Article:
Wed, Nov 07, 2007 - Page 3 News List

Chen won't relax China investment cap

NOT ON MY WATCH The president said there would be no change in cross-strait policy for the rest of his term, despite Frank Hsieh's call on Monday for an easing of restrictions

By Ko Shu-ling  /  STAFF REPORTERS

President Chen Shui-bian (陳水扁) said yesterday that he would not relax the 40 percent cap on investment in China, although Democratic Progressive Party presidential candidate Frank Hsieh (謝長廷) suggested easing the regulations on Monday.

Chen said "active management, effective opening" has been his administration's cross-strait economy policy and would remain so.

"There is room for discussion about certain isolated cases, as long as they do not violate the principle," he said. "However, such a fundamental policy will not change, at least not during my term. Nor will the 40 percent investment cap in China."

Hsieh proposed four strategies -- a wider opening to global capital, including investment from China; granting amnesty to facilitate the return of capital previously remitted out of the country via underground or illegal channels; lowering the tax on inherited property and gifts to below 10 percent to encourage the wealthy to keep their money in Taiwan; and adjusting the 40 percent ceiling on investment in China on a case-by-case basis.

Chen said he respects Hsieh's opinion and discussed the issue with him.

Taiwan Solidarity Union Chairman Huang Kun-huei (黃昆輝), however, expressed strong opposition to easing the 40 percent investment cap yesterday, saying that Hsieh's proposal was designed to embrace a "great China" economic development plan.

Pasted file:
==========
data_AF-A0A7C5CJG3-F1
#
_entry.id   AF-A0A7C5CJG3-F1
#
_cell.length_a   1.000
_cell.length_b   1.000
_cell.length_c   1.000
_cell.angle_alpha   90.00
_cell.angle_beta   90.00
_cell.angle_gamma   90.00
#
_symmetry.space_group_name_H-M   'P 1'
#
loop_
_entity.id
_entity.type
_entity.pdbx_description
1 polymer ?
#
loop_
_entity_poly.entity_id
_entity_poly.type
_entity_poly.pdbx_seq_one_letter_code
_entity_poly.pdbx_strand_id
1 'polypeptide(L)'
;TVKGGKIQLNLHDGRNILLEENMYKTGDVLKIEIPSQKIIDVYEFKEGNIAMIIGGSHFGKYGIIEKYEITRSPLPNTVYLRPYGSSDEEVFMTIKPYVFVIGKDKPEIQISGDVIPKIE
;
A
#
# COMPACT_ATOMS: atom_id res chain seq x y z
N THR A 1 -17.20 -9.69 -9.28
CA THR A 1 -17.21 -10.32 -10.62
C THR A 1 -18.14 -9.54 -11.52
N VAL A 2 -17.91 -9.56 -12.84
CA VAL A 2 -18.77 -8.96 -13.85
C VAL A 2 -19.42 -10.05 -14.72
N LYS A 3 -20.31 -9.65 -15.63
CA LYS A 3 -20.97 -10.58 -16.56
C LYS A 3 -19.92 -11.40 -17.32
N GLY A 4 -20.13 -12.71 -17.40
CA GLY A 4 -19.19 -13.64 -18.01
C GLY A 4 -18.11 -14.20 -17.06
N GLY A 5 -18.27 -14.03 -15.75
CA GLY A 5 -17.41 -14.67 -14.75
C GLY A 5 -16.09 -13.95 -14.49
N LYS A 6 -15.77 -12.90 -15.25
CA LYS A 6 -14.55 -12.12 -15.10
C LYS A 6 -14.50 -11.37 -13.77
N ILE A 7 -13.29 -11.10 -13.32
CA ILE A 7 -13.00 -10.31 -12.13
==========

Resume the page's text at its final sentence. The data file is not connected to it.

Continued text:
He also opposed the 18 to 24-month "grace period" Hsieh proposed for capital remittances.

When fielding questions from Chinese Nationalist Party (KMT) legislator Lee Ching-hua (李慶華) and Hwang Liang-hua (黃良華) on the legislative floor yesterday, Premier Chang Chun-hsiung (張俊雄) said he "generally" agreed with Hsieh's proposal, but the government would need time to come up with a complete set of policies.

Hwang said many Taiwanese businesspeople had doubts about Hsieh's proposal and wondered why the government could not ease investment restrictions sooner.

Chang told him that it was difficult to relax the regulations because there was no national consensus on the issue and that China had suspended cross-strait negotiations.

"This is the reality now," Chang said. "We cannot say whether [Hsieh's proposals] will work after he wins the people's support to become the president next year."

"This still depends on how the two sides of the [Taiwan] Strait interact with each other," Chang said.

Mainland Affairs Council Chairman Chen Ming-tong (陳明通) said the official record showed that Taiwanese investment in China over the past seven years amounts to between NT$40 billion (US$1.2 billion) and NT$50 billion.

"What we need to consider is how to strike a balance between investment in China and safeguarding national security. That is why we have the cap," Chen Ming-tong said.

"We welcome Chinese investors if they are simply making investments in Taiwan. But everyone knows that China usually embeds political goals in its cross-strait economic policies," he said.

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